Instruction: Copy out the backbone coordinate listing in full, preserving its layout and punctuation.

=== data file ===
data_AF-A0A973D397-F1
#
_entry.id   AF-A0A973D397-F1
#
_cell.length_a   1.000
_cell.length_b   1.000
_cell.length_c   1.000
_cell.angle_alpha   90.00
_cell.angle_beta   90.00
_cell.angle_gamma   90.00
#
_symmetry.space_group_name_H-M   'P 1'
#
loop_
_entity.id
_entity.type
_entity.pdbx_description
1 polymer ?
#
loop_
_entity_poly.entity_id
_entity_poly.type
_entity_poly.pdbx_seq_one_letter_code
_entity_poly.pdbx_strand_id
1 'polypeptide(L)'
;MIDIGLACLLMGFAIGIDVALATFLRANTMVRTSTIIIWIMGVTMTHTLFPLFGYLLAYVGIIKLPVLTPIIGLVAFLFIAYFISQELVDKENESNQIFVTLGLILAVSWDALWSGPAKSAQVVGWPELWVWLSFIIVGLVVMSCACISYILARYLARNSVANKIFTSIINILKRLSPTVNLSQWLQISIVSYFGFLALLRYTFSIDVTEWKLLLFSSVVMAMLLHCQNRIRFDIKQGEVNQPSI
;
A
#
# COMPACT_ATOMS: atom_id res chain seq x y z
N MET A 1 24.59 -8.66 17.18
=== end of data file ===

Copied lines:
data_AF-A0A973D397-F1
#
_entry.id   AF-A0A973D397-F1
#
_cell.length_a   1.000
_cell.length_b   1.000
_cell.length_c   1.000
_cell.angle_alpha   90.00
_cell.angle_beta   90.00
_cell.angle_gamma   90.00
#
_symmetry.space_group_name_H-M   'P 1'
#
loop_
_entity.id
_entity.type
_entity.pdbx_description
1 polymer ?
#
loop_
_entity_poly.entity_id
_entity_poly.type
_entity_poly.pdbx_seq_one_letter_code
_entity_poly.pdbx_strand_id
1 'polypeptide(L)'
;MIDIGLACLLMGFAIGIDVALATFLRANTMVRTSTIIIWIMGVTMTHTLFPLFGYLLAYVGIIKLPVLTPIIGLVAFLFIAYFISQELVDKENESNQIFVTLGLILAVSWDALWSGPAKSAQVVGWPELWVWLSFIIVGLVVMSCACISYILARYLARNSVANKIFTSIINILKRLSPTVNLSQWLQISIVSYFGFLALLRYTFSIDVTEWKLLLFSSVVMAMLLHCQNRIRFDIKQGEVNQPSI
;
A
#
# COMPACT_ATOMS: atom_id res chain seq x y z
N MET A 1 24.59 -8.66 17.18